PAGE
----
Audio Transcript:

Margolis: Columbus Drive in West Tampa is a heavily Hispanic commercial area with Latino restaurants and shops. There's a small building on the corner of Columbus and North Lincoln. It's the local Obama campaign headquarters. A large sign outside reads: "Casa Obama." The first person you met when you go in is Kayla Rodriguez.

Rodriguez: "Basically, I greet because they have me on on the front desk. So basically I'm the person that's like, 'Hi' when they come in..."

Margolis: Rodriguez has lived in the Dominican Republic and the U.S. At night, she attends classes at a local community college. By day, she volunteers for Barack Obama.

Rodriguez: "Here we have a guy who we can relate to. Here we have a guy who went to college through financial aid. Who worked his way up to what he is today. And I think that he's a great example to what the youth needed today."

Margolis: Several of the volunteers here are wearing Obama t-shirts and sweatshirts.

Rodriguez: "Here Obama, he's like a fashion statement. People love him. And it's cool to wear Obama as something to be proud of."

Margolis: Rodriguez can vote for Obama, she's an American citizen. Gladys Bernett is not. She's a citizen of Panama. But she's still volunteering for Obama.

Bernett: "I see this as a movement. I don't see this as a general election that happens every four years. I think that Obama has been able to inspire people from all over the world. His message resonates with everybody here."

Margolis: Well, maybe not everybody.

Republican volunteerRepublican volunteer

Just across the street, members of the Republican Hispanic Club for Tampa Bay are meeting at a Cuban restaurant. Mary Bell Calderon is organizing McCain volunteers to get the message out to undecided Latino voters.

Calderon:"They're confused who they are going to vote for because they think, sometimes they mistake Democrat for democracy. So they think that Obama is going to be democracy only. And they don't understand that Republicans are the same thing."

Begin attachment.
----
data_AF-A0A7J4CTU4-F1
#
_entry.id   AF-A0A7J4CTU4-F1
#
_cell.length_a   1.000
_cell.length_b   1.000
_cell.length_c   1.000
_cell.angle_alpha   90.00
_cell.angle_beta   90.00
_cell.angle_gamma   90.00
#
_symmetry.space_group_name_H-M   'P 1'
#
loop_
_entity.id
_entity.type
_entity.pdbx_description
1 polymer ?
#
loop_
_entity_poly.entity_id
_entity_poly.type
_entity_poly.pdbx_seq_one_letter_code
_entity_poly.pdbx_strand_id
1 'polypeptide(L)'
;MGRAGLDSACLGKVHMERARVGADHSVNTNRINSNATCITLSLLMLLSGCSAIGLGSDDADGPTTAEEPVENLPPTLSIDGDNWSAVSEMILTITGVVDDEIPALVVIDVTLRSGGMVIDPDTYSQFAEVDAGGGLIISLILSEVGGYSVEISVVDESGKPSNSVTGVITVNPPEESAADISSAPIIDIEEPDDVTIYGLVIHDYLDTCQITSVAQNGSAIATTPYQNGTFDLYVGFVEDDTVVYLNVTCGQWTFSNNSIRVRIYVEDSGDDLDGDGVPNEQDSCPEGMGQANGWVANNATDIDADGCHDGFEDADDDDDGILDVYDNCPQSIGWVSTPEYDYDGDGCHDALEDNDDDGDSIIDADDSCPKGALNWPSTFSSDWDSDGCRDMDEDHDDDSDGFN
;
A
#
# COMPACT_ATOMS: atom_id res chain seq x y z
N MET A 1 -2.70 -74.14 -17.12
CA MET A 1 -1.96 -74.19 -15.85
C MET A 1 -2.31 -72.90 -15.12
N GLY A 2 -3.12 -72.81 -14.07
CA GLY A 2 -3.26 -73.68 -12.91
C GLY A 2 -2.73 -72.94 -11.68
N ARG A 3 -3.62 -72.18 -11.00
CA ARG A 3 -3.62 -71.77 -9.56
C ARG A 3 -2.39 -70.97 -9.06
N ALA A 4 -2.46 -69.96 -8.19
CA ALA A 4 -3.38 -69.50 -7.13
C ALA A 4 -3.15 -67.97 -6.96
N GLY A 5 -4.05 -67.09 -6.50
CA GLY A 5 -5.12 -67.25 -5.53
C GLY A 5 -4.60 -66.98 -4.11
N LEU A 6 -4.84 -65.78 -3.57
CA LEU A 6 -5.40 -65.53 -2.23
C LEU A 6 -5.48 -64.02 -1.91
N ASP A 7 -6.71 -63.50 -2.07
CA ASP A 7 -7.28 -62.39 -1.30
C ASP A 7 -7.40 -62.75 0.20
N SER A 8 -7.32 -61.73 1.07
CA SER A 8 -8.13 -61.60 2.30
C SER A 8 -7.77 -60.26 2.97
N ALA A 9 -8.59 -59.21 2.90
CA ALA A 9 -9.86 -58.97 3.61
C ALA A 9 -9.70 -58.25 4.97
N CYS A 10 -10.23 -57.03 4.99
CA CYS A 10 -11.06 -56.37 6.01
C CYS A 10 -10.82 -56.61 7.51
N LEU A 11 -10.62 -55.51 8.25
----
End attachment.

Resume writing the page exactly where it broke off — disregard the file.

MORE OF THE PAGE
Margolis: The volunteers I spoke with seemed less motivated by a passion for McCain, than a distrust of Obama. Cuban immigrant Isis Segarra considers Obama dangerous.

Isis SegarraIsis SegarraSegarra: "Senator Obama is a leftist, he's a socialist. How do I know? When I left Cuba, there was a young man called Fidel Castro that was asking for a change in Cuba, and we did have a change, a real change."

Margolis: All the McCain volunteers I spoke with here told me Obama is a socialist. For the record, Obama has not advocated state ownership and control of the means of production and distribution. Nevertheless, Peruvian immigrant Mary Bell Calderon insisted that Obama is, in fact, a socialist.

Calderon: "He's turning everything into socialist. I think he's actually, honest to God, I think he's the Anti-Christ..."

Margolis: "What do you mean, he's the Anti-Christ?"

Calderon: "Well, because you know, in one of the Bibles, it says the man who will sweep everybody to their feet. They'll tell people what they want to hear. And he'll be young. He's going to come from the Middle Eastern side, on that side. So somebody from the east side is going to come down here, and it's going to sweep, it's going to be a small country, a small area. And he kind of fits the program."

Mary Bell CalderonMary Bell Calderon

Margolis: Of course, Barack Obama does not come from the Middle East. He was born in Hawaii. Still, a few people here, like Joyce Thompson, said Obama would strip away freedom of the press.

Thompson: "Like you and I are sitting here, this is free radio. Oh, there's going to be a clampdown probably on the airwaves if he becomes president."
Margolis:"You really think that? He would clampdown on the first amendment, freedom of speech?"
Thompson:"Yes, I really do."

Margolis: When I met with Greg Truax, the chairman of the McCain campaign in the Tampa area, he didn't suggest that Obama was a socialist. He does warn though that Obama wants to raise taxes on small businesses. But the socialism charge is coming from the highest levels of the McCain campaign. Here's Sarah Palin at a recent campaign event.

Palin: "Barack Obama calls it spreading the wealth. Joe Biden calls higher taxes patriotic. (jeers) Joe the Plumber said it sounded to him like socialism. (cheers) And now is not the time to experiment with that."

Margolis: It's not surprising that this message has an impact among some Latino immigrants here. Many fled to Florida from leftist governments. And the Republican party seems to have stirred up fear among many of them that Barack Obama could be the next Fidel Castro or Hugo Ch-vez. But the Democratic party has been pounding away at its message of change and hope. Recent polls show a tight contest among Florida's Hispanic voters.

For the World, I'm Jason Margolis, Tampa, Florida.